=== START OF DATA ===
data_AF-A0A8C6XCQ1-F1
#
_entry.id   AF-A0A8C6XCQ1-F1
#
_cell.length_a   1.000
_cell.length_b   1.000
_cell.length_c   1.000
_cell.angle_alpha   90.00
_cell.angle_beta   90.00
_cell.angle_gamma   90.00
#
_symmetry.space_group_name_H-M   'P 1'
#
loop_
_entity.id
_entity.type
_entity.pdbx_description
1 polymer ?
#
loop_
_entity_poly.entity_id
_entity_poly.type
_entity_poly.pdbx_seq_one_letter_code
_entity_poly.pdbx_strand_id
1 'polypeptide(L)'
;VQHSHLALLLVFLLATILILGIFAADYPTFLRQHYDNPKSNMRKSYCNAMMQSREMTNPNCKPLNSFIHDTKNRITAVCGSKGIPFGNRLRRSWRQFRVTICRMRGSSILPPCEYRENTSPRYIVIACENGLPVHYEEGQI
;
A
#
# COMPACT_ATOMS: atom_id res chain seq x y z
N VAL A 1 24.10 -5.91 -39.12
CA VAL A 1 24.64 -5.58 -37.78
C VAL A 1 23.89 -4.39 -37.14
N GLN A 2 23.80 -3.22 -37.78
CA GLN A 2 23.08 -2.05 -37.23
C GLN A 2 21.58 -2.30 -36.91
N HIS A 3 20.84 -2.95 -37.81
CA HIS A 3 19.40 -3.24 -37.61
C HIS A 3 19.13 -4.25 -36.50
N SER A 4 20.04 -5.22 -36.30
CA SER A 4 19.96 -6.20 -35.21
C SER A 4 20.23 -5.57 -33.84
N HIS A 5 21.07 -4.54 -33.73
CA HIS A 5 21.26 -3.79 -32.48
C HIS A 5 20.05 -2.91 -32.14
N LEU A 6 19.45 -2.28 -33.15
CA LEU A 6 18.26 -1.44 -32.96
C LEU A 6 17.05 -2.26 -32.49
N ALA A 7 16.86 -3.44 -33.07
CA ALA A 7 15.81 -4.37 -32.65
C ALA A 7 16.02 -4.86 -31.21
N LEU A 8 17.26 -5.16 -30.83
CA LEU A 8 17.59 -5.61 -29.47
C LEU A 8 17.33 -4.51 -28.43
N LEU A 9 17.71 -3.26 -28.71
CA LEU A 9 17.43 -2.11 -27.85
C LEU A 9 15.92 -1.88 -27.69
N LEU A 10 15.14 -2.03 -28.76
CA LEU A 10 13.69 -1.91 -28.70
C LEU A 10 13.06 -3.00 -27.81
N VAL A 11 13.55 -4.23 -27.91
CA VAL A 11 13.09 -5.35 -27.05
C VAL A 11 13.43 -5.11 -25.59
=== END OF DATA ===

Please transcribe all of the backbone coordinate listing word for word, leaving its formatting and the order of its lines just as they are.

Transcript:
data_AF-A0A8C6XCQ1-F1
#
_entry.id   AF-A0A8C6XCQ1-F1
#
_cell.length_a   1.000
_cell.length_b   1.000
_cell.length_c   1.000
_cell.angle_alpha   90.00
_cell.angle_beta   90.00
_cell.angle_gamma   90.00
#
_symmetry.space_group_name_H-M   'P 1'
#
loop_
_entity.id
_entity.type
_entity.pdbx_description
1 polymer ?
#
loop_
_entity_poly.entity_id
_entity_poly.type
_entity_poly.pdbx_seq_one_letter_code
_entity_poly.pdbx_strand_id
1 'polypeptide(L)'
;VQHSHLALLLVFLLATILILGIFAADYPTFLRQHYDNPKSNMRKSYCNAMMQSREMTNPNCKPLNSFIHDTKNRITAVCGSKGIPFGNRLRRSWRQFRVTICRMRGSSILPPCEYRENTSPRYIVIACENGLPVHYEEGQI
;
A
#
# COMPACT_ATOMS: atom_id res chain seq x y z
N VAL A 1 24.10 -5.91 -39.12
CA VAL A 1 24.64 -5.58 -37.78
C VAL A 1 23.89 -4.39 -37.14
N GLN A 2 23.80 -3.22 -37.78
CA GLN A 2 23.08 -2.05 -37.23
C GLN A 2 21.58 -2.30 -36.91
N HIS A 3 20.84 -2.95 -37.81
CA HIS A 3 19.40 -3.24 -37.61
C HIS A 3 19.13 -4.25 -36.50
N SER A 4 20.04 -5.22 -36.30
CA SER A 4 19.96 -6.20 -35.21
C SER A 4 20.23 -5.57 -33.84
N HIS A 5 21.07 -4.54 -33.73
CA HIS A 5 21.26 -3.79 -32.48
C HIS A 5 20.05 -2.91 -32.14
N LEU A 6 19.45 -2.28 -33.15
CA LEU A 6 18.26 -1.44 -32.96
C LEU A 6 17.05 -2.26 -32.49
N ALA A 7 16.86 -3.44 -33.07
CA ALA A 7 15.81 -4.37 -32.65
C ALA A 7 16.02 -4.86 -31.21
N LEU A 8 17.26 -5.16 -30.83
CA LEU A 8 17.59 -5.61 -29.47
C LEU A 8 17.33 -4.51 -28.43
N LEU A 9 17.71 -3.26 -28.71
CA LEU A 9 17.43 -2.11 -27.85
C LEU A 9 15.92 -1.88 -27.69
N LEU A 10 15.14 -2.03 -28.76
CA LEU A 10 13.69 -1.91 -28.70
C LEU A 10 13.06 -3.00 -27.81
N VAL A 11 13.55 -4.23 -27.91
CA VAL A 11 13.09 -5.35 -27.05
C VAL A 11 13.43 -5.11 -25.59